Updated Dec. 2, 2021
Keep the following in mind when you go to your vaccination appointment:
Check with Your Provider
If you scheduled a vaccination appointment with your provider, make sure to contact them to discuss any questions you may have about office procedures or billing before your visit.
The federal government will cover the cost of the vaccine and the administration fee for first, second and third doses, and booster doses. An administration fee is the fee healthcare providers charge to give the vaccine. You should not be charged out-of-pocket costs or receive a bill from your provider for the COVID-19 vaccine. This is true if you have private insurance, Medicaid, Medicare or if you do not have insurance.
Office Visit Fee
You should not be charged for an office visit for receiving the vaccine only. If you plan to have other services performed, you may be charged for an office visit. Seek clarification from your provider beforehand and from your insurance company if you are charged an office visit fee.
See our FAQ for more information.
Timing with Other Vaccinations
The Centers for Disease Control and Prevention Advisory Committee on Immunization Practices (ACIP) has updated guidance on timing with other vaccines. COVID-19 vaccines can now be given without regard to timing of administration of other vaccines. People can now get the COVID-19 vaccine within 14 days of other vaccines, including on the same day. For example, you can get the influenza vaccine (your flu shot) at the same time as the COVID-19 vaccine.
What to Bring
Be sure to check with the clinic to make sure you have everything you need. You may be asked to bring your photo ID (or proof of residence) and fill out a consent form. If you are receiving your second dose, you may be asked to bring proof of vaccination.
Make sure to check with the clinic first regarding vaccination policies for children 12 – 15 years of age, including what is required in terms of documentation of a parent or legal guardian’s consent.
Expect to Wait 15 Minutes After Vaccination
After you receive your vaccination, the clinic will ask you to stay for 15-30 minutes to monitor for potential allergic reactions. See our FAQ for more information.
Schedule Your Next Dose
If you received your first dose of a two-dose vaccine, make sure to schedule your second dose before you leave. The Pfizer and Moderna vaccines require two doses.*
Find Out When to Get a Booster Dose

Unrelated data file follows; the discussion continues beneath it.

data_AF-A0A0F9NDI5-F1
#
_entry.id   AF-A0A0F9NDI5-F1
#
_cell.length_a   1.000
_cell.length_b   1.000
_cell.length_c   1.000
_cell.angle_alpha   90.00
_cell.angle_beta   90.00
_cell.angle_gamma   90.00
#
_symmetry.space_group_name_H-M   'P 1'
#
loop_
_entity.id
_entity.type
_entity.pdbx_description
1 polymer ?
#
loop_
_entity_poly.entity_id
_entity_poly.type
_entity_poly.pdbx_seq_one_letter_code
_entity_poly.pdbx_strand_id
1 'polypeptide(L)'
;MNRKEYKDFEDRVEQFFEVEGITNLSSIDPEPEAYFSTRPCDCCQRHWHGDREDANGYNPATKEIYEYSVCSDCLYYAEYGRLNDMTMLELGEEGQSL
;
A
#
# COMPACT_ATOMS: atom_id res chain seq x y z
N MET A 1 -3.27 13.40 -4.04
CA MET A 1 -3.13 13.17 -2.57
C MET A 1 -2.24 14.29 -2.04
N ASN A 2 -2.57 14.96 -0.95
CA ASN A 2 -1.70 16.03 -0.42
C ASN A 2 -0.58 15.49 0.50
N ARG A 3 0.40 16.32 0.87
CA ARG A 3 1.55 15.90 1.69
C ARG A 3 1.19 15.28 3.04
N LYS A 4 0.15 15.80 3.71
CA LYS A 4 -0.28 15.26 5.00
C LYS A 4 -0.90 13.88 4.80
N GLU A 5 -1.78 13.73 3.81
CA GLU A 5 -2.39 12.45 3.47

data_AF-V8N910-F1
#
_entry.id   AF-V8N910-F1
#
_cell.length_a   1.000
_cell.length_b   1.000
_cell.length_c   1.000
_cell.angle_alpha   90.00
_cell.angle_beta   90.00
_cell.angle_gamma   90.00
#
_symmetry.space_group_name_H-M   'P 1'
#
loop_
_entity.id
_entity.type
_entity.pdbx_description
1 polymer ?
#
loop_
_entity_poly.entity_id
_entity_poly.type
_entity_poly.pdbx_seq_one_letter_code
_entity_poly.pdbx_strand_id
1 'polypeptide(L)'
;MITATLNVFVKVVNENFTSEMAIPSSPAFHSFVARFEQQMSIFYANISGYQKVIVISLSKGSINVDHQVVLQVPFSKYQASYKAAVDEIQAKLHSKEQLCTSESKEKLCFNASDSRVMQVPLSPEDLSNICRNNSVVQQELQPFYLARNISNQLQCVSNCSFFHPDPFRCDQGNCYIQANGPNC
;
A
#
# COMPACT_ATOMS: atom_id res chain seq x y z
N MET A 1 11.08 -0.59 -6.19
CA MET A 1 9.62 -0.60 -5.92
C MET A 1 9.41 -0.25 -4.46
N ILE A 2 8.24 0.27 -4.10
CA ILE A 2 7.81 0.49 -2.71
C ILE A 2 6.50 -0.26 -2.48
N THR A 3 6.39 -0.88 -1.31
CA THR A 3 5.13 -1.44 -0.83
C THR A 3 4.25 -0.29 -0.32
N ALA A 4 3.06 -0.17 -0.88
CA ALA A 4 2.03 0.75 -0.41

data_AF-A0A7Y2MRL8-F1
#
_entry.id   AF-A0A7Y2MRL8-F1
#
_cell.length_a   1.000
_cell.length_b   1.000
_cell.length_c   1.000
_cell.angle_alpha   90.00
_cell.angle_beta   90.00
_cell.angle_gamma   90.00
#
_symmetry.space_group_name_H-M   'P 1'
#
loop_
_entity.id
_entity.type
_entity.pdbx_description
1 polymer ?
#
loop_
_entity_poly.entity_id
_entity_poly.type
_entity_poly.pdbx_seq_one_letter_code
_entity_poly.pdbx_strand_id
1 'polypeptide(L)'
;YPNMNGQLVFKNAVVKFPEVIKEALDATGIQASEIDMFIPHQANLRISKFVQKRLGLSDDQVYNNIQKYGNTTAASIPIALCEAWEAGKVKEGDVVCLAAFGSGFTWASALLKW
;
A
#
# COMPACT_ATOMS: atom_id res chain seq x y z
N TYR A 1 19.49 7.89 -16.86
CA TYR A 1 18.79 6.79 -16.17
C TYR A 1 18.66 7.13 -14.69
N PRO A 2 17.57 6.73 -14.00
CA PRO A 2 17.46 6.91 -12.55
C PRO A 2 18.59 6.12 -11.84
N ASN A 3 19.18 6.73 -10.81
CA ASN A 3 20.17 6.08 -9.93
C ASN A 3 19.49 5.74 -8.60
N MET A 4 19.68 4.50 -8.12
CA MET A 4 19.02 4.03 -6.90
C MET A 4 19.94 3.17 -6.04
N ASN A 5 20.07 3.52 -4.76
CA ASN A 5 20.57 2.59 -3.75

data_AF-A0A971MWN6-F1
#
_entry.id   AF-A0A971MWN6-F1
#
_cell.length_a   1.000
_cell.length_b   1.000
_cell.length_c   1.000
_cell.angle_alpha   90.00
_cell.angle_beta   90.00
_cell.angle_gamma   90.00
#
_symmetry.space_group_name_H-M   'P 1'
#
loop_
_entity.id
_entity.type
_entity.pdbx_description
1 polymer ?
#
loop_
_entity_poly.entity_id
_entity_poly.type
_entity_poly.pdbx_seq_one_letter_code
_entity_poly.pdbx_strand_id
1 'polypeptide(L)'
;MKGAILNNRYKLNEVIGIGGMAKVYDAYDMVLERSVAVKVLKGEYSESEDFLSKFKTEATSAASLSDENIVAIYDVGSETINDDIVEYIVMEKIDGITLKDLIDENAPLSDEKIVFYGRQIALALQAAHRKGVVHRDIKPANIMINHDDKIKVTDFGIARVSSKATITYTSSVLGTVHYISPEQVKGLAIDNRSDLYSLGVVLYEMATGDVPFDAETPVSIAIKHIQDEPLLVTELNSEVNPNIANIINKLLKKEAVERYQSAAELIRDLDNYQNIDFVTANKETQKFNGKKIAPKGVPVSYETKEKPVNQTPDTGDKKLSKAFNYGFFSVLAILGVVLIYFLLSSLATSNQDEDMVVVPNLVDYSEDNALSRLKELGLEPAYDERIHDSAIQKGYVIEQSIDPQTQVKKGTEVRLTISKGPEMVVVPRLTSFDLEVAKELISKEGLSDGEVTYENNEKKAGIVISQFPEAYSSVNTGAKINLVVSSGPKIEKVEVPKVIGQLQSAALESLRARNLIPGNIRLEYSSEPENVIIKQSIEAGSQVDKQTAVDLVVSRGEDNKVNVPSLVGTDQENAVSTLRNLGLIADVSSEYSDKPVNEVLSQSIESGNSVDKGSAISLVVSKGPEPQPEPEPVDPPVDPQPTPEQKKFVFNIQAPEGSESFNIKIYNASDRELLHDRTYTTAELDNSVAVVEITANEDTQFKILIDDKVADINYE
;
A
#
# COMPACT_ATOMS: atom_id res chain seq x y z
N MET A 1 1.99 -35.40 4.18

Booster doses of the Pfizer-BioNTech, Moderna and Johnson & Johnson vaccines have been authorized for use by the FDA and recommended by the CDC’s Advisory Committee on Immunization Practices. Anyone age 18 and older who received their primary series of Pfizer or Moderna vaccines at least six months ago should get a booster dose. Anyone 18 and older who received a Johnson & Johnson vaccine two or more months ago is eligible and should receive a booster dose. See our FAQ and search for “booster” to learn more about booster doses.
Keep Your Vaccination Card or Sign Up to Access Records Online
Keep your vaccination paper card. You may need it as proof of vaccination for your second dose if you are receiving a two-dose vaccine. It’s also good to keep on hand, just in case you need it in the future.
The Washington State Department of Health (DOH) also encourages people to sign up for MyIR, which is Washington state’s free immunization record website. It is a more official verification of your vaccination status, so make sure to sign up.If you experience difficulty accessing vaccination records through MyIR, call 833-VAX-HELP for assistance.
Sign Up for V-Safe
V-safe is a smartphone-based tool that uses text messaging and web surveys to provide personalized health check-ins after you receive the COVID-19 vaccine. It is one of the ways that the CDC learns about what people experience after getting the vaccines. It can also remind you to get your second COVID-19 vaccine dose if you need one. Learn more.
When You’re Fully Vaccinated
You are considered fully vaccinated two weeks after your second dose if you got a two-dose vaccine (like Pfizer or Moderna) or two weeks after your shot of a single-dose vaccine (Johnson & Johnson), regardless of recommendations for booster doses.